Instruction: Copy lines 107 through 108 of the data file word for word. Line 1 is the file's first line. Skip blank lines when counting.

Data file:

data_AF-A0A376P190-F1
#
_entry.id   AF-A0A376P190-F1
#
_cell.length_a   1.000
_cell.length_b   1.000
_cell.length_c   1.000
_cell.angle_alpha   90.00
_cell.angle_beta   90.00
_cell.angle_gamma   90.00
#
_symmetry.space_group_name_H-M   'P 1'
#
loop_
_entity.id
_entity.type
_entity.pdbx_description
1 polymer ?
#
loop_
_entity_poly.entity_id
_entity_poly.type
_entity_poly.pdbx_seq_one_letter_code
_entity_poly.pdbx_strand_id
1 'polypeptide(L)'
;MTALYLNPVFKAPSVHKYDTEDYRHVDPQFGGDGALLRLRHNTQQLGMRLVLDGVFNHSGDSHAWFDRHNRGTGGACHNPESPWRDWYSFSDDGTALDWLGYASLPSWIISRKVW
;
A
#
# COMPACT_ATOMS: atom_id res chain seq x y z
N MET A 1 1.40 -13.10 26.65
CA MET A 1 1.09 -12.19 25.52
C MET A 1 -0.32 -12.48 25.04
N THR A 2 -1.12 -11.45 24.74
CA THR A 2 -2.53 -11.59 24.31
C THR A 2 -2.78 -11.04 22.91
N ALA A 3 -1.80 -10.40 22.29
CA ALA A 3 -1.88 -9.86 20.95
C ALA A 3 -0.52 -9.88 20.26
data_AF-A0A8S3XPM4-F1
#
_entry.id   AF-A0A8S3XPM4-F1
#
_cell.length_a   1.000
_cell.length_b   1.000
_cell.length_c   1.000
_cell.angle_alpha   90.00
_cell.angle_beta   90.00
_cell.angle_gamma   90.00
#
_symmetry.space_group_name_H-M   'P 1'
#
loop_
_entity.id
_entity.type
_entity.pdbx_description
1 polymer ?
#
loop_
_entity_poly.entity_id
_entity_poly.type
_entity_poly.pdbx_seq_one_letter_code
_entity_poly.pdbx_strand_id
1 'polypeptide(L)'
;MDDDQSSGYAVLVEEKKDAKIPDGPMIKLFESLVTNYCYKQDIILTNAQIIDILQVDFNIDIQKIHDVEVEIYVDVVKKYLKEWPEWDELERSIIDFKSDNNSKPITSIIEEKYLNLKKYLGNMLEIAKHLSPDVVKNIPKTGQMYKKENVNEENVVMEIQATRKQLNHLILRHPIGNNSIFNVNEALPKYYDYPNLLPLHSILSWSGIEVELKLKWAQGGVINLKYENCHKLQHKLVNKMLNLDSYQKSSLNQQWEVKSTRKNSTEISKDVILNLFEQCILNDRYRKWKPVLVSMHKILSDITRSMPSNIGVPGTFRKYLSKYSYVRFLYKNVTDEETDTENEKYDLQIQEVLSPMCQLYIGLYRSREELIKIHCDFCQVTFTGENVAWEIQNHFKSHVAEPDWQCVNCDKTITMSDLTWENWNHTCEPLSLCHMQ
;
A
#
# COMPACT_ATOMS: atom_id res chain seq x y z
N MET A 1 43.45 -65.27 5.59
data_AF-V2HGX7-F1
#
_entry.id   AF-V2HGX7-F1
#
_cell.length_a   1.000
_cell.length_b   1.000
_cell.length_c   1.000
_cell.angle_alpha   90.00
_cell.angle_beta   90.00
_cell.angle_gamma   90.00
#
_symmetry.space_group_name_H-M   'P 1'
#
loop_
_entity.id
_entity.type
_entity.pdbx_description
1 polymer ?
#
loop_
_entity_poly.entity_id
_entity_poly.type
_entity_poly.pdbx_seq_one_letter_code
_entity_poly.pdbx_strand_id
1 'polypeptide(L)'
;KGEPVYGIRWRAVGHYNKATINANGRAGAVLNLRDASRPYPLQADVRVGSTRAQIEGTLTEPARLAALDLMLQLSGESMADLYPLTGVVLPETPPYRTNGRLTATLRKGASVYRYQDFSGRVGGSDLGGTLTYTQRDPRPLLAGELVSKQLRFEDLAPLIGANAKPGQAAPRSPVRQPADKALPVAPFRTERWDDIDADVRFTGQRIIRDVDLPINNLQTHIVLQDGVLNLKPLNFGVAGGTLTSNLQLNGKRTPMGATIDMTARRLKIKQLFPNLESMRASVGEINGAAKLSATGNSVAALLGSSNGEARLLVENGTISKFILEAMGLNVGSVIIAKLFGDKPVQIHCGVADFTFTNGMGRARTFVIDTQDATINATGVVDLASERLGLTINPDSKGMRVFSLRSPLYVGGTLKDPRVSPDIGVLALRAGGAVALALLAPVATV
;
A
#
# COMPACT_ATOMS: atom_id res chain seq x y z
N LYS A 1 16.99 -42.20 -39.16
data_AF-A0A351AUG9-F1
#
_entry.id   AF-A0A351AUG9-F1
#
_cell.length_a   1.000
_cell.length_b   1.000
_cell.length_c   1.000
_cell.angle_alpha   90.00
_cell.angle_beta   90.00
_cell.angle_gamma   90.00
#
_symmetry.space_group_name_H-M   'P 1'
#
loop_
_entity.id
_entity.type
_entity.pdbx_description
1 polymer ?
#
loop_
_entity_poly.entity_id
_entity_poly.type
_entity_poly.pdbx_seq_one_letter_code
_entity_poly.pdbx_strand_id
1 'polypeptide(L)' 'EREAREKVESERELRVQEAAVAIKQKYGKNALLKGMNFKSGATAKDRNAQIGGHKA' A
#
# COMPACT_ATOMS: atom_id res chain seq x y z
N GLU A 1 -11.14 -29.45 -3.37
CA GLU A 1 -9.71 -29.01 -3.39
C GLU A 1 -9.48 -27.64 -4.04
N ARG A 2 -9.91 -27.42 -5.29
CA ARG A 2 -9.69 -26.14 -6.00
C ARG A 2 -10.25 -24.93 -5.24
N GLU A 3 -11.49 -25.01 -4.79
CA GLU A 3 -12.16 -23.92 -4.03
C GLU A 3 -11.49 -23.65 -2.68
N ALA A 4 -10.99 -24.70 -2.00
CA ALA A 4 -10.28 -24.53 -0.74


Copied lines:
_cell.length_b   1.000
_cell.length_c   1.000